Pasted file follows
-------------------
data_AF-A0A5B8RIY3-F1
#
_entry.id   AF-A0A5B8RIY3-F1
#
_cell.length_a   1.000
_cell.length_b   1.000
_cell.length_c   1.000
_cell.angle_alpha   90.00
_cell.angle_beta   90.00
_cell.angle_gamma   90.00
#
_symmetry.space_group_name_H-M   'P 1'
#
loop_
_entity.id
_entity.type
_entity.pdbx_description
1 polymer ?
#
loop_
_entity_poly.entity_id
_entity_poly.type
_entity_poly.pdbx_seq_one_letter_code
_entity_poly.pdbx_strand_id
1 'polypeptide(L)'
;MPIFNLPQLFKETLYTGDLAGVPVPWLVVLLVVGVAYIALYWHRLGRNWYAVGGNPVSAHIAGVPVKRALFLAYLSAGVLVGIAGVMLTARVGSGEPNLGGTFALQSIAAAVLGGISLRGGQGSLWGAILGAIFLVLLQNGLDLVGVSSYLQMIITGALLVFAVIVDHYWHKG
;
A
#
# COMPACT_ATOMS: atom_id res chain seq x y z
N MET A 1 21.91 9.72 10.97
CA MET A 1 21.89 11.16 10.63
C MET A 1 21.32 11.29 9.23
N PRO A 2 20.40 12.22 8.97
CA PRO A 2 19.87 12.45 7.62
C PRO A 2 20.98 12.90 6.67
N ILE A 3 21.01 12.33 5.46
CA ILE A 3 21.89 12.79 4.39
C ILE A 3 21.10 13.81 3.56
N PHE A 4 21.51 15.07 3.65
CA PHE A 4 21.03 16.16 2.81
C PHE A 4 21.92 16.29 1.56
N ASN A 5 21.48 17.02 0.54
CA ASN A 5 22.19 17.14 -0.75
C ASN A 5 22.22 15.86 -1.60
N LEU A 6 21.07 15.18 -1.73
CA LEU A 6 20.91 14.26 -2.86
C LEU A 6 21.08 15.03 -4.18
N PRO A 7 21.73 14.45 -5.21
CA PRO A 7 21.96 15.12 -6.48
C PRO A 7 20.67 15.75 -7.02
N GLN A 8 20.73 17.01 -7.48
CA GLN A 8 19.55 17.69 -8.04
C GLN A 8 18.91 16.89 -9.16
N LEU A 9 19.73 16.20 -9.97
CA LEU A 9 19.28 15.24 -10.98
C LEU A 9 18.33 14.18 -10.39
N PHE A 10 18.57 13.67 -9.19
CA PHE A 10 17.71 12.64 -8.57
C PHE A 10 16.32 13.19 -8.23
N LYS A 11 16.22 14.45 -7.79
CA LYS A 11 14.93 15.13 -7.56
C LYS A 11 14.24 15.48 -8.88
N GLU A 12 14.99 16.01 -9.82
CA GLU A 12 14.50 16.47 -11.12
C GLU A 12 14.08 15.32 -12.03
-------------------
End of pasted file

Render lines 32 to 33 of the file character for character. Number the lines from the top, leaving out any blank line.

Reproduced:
CA MET A 1 21.89 11.16 10.63
C MET A 1 21.32 11.29 9.23